The guidelines inculcated in the Prison Rules are motivated by the United Nations Rules for the Treatment of Women Prisoners and Non-custodial Measures for Women Offenders (‘Bangkok Rules’). It states that the facilities for female prisoners should be such as to meet the requirements of women which includes a regular supply of water. Before the Bangkok Rules were adopted, the needs of women were not addressed in the international archetype. The Bangkok Rules provide that women prisoners should have menstrual products readily available for them as it will relieve them from the financial burden of incurring expenses to purchase them. The United Nations Standard Minimum Rules for the Treatment of Prisoners (‘Nelson Mandela Rules’) and the International Covenant on Economic, Social and Cultural Rights (ICESCR) promote high standard of physical and mental well-being of the prisoners. Menstrual hygiene is a necessity and not a privilege.

Even though sufficient rules and regulations have been laid down, they all go in vain as there is no International Institution that has fairly been able to enforce them.

[In]effective Precedents

Delving deeper into the desirability of the fundamental right, Article 21 of the Constitution guarantees a life of dignity to “all persons”. Admittedly, the present issue has never come across the Apex Court; on various occasions, the Court has interpreted the Right to Health to be an intrinsic part of the Right to Life. In T.K. Gopal v. State of Karnataka it was observed that regardless of the crime committed, a prisoner is entitled to be regarded as a human being entitled to all the fundamental human rights, dignity, and sympathy. The fundamental rights guaranteed by the Constitution do not divorce the person as s/he enters the prison although they suffer contraction compelled their legal status. As Justice V. R. Krishna Iyer pronounced, “Prisoners have enforceable liberties devalued may be but not demonetized; and under our basic scheme, Prison Power must bow before Judge Power in fundamental freedoms are in jeopardy”.

In D.K. Basu v. State of West Bengal, the Court settled that the right guaranteed by Article 21 cannot be denied to convicts, under trials, detenus unless done so in accordance with the procedure established by law. The Apex Court in Rama Murthy v. State of Karnataka identified health and hygiene as an issue that required immediate attention. In Parmanand Katara v. Union of India, the Supreme Court held that no person can be denied basic medical attention. Ergo, a citizen’s right to life cannot be deemed to be suspended due to his or her incarceration. As embraced by the Court itself, when constitutional rights or statutory mandates go astray, the Apex Court would not hesitate in intervening even in the administration of the prison. In Sunil Batra (II), the Court shielded the prisoners from prison vices with the shield of Article 21. It is no more res integra that the obligation is on the State to discharge the duty.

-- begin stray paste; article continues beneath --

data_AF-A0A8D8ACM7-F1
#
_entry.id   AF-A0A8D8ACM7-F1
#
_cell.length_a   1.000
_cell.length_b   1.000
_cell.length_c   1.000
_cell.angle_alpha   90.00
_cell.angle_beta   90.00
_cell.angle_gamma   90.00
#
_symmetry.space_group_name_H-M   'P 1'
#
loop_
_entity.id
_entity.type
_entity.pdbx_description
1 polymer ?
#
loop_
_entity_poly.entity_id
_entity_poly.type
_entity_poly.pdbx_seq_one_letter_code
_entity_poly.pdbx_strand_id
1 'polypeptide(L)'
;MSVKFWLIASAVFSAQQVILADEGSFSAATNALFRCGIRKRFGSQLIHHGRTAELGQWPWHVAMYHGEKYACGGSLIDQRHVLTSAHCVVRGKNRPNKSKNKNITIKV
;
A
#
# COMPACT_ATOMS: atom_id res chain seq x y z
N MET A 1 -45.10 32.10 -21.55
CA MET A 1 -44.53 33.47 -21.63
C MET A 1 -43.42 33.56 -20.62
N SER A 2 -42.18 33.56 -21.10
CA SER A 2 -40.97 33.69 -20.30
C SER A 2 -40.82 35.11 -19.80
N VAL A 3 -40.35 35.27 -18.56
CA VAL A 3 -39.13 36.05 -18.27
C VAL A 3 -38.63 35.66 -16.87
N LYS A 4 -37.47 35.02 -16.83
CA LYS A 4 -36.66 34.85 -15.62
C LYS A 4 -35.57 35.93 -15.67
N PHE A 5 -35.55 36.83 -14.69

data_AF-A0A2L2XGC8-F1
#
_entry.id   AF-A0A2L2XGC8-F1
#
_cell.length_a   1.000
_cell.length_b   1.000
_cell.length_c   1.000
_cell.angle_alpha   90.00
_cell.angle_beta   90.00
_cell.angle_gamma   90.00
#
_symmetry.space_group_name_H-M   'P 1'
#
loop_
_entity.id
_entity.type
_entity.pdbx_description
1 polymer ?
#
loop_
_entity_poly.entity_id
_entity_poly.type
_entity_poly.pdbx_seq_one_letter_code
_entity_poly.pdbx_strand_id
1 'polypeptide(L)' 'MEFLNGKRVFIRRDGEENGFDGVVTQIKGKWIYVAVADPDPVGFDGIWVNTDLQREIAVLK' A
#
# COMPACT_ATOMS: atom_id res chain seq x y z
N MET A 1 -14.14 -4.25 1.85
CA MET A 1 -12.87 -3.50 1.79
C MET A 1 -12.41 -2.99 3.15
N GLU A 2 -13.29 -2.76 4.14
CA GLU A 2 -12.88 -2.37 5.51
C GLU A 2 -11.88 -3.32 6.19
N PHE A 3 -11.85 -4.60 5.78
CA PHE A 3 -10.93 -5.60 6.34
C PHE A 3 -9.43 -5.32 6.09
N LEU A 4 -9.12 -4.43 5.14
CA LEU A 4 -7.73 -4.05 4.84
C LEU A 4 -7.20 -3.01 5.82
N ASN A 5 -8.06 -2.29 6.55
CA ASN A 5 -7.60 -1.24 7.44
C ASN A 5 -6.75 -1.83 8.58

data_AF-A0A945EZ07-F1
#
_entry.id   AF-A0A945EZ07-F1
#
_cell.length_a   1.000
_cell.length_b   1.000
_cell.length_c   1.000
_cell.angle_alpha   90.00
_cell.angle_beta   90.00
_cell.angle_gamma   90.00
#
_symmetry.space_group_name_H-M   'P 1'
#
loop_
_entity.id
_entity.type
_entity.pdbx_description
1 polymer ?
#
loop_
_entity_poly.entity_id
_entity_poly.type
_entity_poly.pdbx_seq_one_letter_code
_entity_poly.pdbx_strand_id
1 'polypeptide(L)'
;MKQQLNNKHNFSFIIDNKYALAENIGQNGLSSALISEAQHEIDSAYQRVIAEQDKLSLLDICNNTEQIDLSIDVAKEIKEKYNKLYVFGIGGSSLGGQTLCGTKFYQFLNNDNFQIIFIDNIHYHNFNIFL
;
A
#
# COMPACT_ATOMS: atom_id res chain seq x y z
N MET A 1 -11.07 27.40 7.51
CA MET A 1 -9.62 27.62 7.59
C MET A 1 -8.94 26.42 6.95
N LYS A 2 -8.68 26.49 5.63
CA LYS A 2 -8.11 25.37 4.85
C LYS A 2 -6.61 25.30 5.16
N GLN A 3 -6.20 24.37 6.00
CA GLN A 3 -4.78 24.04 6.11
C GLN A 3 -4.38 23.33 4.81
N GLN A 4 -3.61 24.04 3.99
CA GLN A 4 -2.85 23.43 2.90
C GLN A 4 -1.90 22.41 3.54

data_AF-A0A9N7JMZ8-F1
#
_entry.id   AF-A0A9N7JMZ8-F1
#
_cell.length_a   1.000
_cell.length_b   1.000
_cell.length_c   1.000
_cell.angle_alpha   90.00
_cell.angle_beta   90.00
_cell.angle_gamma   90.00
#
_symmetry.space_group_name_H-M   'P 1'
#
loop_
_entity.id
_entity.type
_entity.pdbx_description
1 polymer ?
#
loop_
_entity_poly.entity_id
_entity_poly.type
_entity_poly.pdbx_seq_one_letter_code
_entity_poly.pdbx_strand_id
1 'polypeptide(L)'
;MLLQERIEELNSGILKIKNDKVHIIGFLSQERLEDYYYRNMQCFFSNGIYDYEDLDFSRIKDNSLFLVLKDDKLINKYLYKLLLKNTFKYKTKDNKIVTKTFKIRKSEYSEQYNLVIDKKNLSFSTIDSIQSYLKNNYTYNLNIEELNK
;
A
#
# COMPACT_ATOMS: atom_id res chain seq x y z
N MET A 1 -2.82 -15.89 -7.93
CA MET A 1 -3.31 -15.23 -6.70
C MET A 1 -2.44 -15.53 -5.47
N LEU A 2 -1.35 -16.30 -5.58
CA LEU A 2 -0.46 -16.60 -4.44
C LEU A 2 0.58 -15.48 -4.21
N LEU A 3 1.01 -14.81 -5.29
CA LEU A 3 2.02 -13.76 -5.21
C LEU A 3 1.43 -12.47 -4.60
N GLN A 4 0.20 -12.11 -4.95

Here, we shall not deflect from the objective of imprisonment; it is ultimately to safeguard the society against the crime. This objective can be fulfilled only if the period of incarceration is utilized for reformation and rehabilitation and used not as a modicum of punishment. The objective will be defeated if the imprisoned succumbs to death due to inaccessibility of feminine hygiene products.

Conclusion & Suggestions  

A change began in the United States when the courts upheld the right to bleed with dignity. This pushed the government to recognize the rights legislatively. The legislation brought by the States in the US, Belgium, and the UK amongst other countries indicates that statutorily recognizing the right of menstrual equity is the next step towards improvement. One such legislation was passed by the State of Maryland, the Senate Bill 598 requiring the ‘correctional facilities’ to have a written policy and procedure ensuring that female prisoners are adequately supplied with menstrual management products. It mandated the inclusion of the supply of such products on both routine bases and on request. The availability of the products was even made subject to review.

Though, the Prison Rules incorporate all suggestions of the Bangkok Rules, however, due to lack of accountability the prison administrators are absolved of any onus; holding the administrators liable for their acts has proved to bring a change. Albeit, the authorities of some prisons have taken an affirmative step to train women inside the prison to manufacture sanitary napkins for themselves, it still calls for stricter implementation of the Prison Rules. The authorities shall make sanitary napkins available in common spaces as it saves menstruating women from the embarrassment of asking.

To sum up, to solve the menace it is crucial to implement the existing rules and introduce new measures to fill the gap. Menstruation shall not be cramped to a “women’s concern”.

Ms. Lovleen Sharma in an Assistant Professor at the Vivekananda Institute of Professional Studies. Sakshi Komal Dubey is a third-year student of B.A. LL.B. (Hons.) at the same Institution.